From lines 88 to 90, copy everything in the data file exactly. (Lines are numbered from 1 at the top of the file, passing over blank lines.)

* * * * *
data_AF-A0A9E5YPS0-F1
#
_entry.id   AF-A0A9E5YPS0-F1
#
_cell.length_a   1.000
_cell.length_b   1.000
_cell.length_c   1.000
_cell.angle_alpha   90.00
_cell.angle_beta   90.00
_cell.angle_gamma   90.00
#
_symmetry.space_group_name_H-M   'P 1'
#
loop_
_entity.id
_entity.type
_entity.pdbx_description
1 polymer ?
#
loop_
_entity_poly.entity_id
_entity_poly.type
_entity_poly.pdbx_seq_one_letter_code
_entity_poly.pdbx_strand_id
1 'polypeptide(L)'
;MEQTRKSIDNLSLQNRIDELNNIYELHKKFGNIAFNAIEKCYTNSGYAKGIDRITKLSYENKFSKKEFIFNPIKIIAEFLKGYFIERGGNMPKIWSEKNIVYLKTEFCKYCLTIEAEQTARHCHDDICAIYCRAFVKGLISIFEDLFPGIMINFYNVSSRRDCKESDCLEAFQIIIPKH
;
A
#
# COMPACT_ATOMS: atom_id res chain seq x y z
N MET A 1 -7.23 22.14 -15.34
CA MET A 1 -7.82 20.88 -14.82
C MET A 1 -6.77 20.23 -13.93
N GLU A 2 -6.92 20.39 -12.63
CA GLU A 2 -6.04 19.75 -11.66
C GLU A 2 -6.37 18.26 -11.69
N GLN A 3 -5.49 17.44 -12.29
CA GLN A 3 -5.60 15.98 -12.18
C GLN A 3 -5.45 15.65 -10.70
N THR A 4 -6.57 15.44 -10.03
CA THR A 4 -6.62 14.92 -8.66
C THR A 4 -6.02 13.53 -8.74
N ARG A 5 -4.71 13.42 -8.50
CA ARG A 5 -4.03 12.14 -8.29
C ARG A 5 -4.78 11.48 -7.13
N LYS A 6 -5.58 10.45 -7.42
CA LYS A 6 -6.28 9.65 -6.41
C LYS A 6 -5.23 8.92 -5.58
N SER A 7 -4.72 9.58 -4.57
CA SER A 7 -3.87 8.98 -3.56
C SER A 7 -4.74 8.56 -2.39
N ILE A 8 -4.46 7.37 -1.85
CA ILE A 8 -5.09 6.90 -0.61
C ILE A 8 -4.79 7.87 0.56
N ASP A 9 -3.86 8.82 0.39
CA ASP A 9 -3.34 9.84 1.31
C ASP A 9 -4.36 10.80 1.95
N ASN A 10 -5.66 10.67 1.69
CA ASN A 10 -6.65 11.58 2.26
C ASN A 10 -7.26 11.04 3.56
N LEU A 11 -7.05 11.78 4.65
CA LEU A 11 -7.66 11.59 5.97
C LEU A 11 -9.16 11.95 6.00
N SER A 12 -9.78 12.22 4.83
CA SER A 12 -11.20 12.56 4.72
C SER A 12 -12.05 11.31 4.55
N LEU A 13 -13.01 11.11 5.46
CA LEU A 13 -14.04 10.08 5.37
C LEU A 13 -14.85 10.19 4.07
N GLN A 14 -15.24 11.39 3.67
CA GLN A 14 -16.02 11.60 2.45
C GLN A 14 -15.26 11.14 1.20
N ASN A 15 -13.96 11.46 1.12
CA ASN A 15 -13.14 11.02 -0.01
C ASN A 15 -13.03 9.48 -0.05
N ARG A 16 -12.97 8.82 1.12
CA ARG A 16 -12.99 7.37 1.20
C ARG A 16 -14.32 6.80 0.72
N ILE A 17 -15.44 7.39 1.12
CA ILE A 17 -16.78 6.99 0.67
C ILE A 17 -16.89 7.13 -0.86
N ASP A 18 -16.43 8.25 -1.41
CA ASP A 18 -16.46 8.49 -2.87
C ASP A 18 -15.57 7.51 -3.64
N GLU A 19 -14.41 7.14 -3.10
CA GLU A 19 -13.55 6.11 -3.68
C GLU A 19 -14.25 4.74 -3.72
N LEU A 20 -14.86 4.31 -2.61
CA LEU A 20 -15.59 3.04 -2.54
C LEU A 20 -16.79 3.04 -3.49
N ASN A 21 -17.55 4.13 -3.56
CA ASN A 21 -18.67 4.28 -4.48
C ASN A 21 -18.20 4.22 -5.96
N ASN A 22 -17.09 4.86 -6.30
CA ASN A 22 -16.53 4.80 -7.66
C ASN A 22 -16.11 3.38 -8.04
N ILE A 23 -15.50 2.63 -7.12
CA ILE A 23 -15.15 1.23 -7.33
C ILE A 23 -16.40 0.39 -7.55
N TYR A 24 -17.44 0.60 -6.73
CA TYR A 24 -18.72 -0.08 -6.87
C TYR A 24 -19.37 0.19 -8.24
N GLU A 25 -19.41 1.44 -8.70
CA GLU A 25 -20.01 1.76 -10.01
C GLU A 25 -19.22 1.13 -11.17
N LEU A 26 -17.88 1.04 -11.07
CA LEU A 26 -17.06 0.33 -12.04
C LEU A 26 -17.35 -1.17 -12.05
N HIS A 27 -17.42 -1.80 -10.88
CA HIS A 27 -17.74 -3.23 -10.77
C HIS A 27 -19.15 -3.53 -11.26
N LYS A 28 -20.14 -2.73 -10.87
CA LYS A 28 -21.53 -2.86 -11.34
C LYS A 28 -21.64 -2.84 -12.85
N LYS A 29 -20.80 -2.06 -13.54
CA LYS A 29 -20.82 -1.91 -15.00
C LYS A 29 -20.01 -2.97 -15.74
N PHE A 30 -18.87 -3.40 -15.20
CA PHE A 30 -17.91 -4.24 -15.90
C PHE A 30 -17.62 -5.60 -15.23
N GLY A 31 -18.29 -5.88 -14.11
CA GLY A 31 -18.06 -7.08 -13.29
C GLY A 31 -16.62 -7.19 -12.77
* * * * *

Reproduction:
N LEU A 20 -14.86 4.31 -2.61
CA LEU A 20 -15.59 3.04 -2.54
C LEU A 20 -16.79 3.04 -3.49